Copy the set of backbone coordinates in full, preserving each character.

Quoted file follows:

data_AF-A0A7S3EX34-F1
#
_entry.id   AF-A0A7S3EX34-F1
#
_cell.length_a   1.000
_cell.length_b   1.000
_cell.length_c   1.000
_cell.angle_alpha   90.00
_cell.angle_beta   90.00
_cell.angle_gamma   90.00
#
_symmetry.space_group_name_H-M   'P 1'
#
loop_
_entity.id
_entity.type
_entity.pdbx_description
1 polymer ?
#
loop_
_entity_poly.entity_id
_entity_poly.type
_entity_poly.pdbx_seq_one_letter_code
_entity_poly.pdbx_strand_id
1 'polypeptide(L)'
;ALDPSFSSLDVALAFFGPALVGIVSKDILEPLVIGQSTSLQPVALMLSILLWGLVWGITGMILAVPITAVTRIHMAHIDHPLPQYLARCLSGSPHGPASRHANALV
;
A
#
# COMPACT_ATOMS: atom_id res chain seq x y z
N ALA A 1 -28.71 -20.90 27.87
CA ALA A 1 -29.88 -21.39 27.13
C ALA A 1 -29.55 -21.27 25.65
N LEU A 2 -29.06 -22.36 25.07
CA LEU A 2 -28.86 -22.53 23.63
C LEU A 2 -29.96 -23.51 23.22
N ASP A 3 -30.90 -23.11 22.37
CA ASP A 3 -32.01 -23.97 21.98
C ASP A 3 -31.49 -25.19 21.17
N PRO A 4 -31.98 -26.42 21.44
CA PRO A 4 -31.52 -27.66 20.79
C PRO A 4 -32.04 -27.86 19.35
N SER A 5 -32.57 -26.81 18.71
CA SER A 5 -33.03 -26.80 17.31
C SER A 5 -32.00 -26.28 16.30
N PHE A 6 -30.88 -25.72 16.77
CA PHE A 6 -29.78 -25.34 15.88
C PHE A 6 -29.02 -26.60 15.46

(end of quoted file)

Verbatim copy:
data_AF-A0A7S3EX34-F1
#
_entry.id   AF-A0A7S3EX34-F1
#
_cell.length_a   1.000
_cell.length_b   1.000
_cell.length_c   1.000
_cell.angle_alpha   90.00
_cell.angle_beta   90.00
_cell.angle_gamma   90.00
#
_symmetry.space_group_name_H-M   'P 1'
#
loop_
_entity.id
_entity.type
_entity.pdbx_description
1 polymer ?
#
loop_
_entity_poly.entity_id
_entity_poly.type
_entity_poly.pdbx_seq_one_letter_code
_entity_poly.pdbx_strand_id
1 'polypeptide(L)'
;ALDPSFSSLDVALAFFGPALVGIVSKDILEPLVIGQSTSLQPVALMLSILLWGLVWGITGMILAVPITAVTRIHMAHIDHPLPQYLARCLSGSPHGPASRHANALV
;
A
#
# COMPACT_ATOMS: atom_id res chain seq x y z
N ALA A 1 -28.71 -20.90 27.87
CA ALA A 1 -29.88 -21.39 27.13
C ALA A 1 -29.55 -21.27 25.65
N LEU A 2 -29.06 -22.36 25.07
CA LEU A 2 -28.86 -22.53 23.63
C LEU A 2 -29.96 -23.51 23.22
N ASP A 3 -30.90 -23.11 22.37
CA ASP A 3 -32.01 -23.97 21.98
C ASP A 3 -31.49 -25.19 21.17
N PRO A 4 -31.98 -26.42 21.44
CA PRO A 4 -31.52 -27.66 20.79
C PRO A 4 -32.04 -27.86 19.35
N SER A 5 -32.57 -26.81 18.71
CA SER A 5 -33.03 -26.80 17.31
C SER A 5 -32.00 -26.28 16.30
N PHE A 6 -30.88 -25.72 16.77
CA PHE A 6 -29.78 -25.34 15.88
C PHE A 6 -29.02 -26.60 15.46